For two decades, Lee Feldman has been a city manager all around the Florida coast. Currently he is the big cheese in Fort Lauderdale, which has its share of commission meeting drama. We talked about Florida’s causal meeting attire and what council members may really be doing when they’re not looking at public commenters.
Q: You are the city manager of Fort Lauderdale. So, sir, my first question is: how many wet t-shirt contests have you judged?
A: None. Actually, Spring Break–as you may think of–has long gone from Fort Lauderdale. Back in the ’80s, the city fathers felt that Spring Break had gotten a little out of control. They wanted to see the beach evolve to something different, so Spring Break ultimately moved away.
Q: Can you think of anything you’ve done as Fort Lauderdale’s city manager that you think no other city manager in the country might have done?
A: Well, I’ll tell you one. In Florida when you have a quasi-judicial item, you have to be sworn in to give testimony. Our previous process gave you an orange sticker to indicate you were sworn in. I encouraged the clerk to replace that sticker with a sticker that says “I Love Fort Lauderdale.” I’m not sure anybody else in the country has done that.
Q: [Laughs] Yeah, I wouldn’t expect Reno to have stickers that say “I Love Fort Lauderdale!” I noticed in your city commission meetings that some public commenters wear t-shirts, shorts, and baseball caps. Do you find that a little too casual?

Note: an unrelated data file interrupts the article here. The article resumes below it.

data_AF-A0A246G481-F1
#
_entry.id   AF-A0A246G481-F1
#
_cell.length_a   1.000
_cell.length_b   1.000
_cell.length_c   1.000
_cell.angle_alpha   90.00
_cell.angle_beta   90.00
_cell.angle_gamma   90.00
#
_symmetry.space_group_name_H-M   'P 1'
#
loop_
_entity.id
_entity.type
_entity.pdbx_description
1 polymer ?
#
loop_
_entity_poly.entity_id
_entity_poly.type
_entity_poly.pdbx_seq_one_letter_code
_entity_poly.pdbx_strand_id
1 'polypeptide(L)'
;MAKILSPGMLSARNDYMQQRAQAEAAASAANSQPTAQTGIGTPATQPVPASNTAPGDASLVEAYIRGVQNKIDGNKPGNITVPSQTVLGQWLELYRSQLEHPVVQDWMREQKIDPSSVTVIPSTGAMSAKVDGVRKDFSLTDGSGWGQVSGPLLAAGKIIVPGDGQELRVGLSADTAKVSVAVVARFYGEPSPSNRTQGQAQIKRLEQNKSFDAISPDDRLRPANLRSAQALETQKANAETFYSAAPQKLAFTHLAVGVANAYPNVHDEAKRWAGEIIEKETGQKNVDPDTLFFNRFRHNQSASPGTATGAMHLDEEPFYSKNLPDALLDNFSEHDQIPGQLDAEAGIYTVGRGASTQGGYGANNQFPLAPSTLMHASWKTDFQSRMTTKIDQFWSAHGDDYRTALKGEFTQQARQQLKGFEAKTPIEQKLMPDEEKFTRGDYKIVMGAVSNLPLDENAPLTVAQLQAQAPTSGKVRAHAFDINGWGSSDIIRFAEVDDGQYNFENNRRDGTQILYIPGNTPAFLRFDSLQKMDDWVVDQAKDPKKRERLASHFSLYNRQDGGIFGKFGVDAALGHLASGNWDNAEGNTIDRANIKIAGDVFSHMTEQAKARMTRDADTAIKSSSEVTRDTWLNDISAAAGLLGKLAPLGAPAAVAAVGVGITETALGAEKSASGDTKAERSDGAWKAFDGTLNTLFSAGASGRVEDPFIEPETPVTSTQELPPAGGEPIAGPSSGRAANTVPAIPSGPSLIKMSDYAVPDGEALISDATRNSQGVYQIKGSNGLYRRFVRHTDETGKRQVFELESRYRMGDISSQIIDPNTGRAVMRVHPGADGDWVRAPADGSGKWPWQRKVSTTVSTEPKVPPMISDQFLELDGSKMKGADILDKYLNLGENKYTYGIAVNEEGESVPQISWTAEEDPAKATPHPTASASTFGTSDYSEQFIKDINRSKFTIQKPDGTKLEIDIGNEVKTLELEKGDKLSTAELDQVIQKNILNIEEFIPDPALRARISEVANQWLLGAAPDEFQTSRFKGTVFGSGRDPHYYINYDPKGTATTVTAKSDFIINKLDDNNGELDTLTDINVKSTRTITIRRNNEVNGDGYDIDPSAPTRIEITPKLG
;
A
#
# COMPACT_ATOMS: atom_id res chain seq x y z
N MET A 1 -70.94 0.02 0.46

A: Over the last 30 years, I’ve seen a general relaxation of meetings. You’ve probably seen some council members that wear t-shirts and ball caps and shorts–
Q: Not yet!
A: You’ll probably find a few, especially in the retirement-oriented communities.
Q: When you were in Palm Bay, there was a contentious city council meeting over the city’s contract with firefighters. Some of them stood up and said, you don’t care about us. Or, cut your pay. What do you want to say to them?
A: We value the work and effort of every employee. Everybody contributes differently. I remember around that time, these anonymous blogs started showing up and somebody blogged that I had gotten a huge raise, which was not the truth. I got a call from my mom–she was yelling at me about “how dare you take a raise when you’re telling others that they need to have changes?”
Q: Some people express concern in public comment that the Fort Lauderdale commissioners aren’t listening to people. I’ve got to say, from watching a few meetings, that seems largely correct.
A: I think our commissioners get a bad rap…we have electronic agendas now. All of our commissioners and myself use our iPads. As people are speaking and referencing things, we will be looking down at the iPad to see what they are talking about.
Q: How can public commenters get your attention and most effectively make their case?
A: The best way to make a case is to know the issue, be able to state the facts, and it’s okay to even get emotional. I’ve seen speakers tear up because the item means so much to them. But the most effective way is to remain civil.
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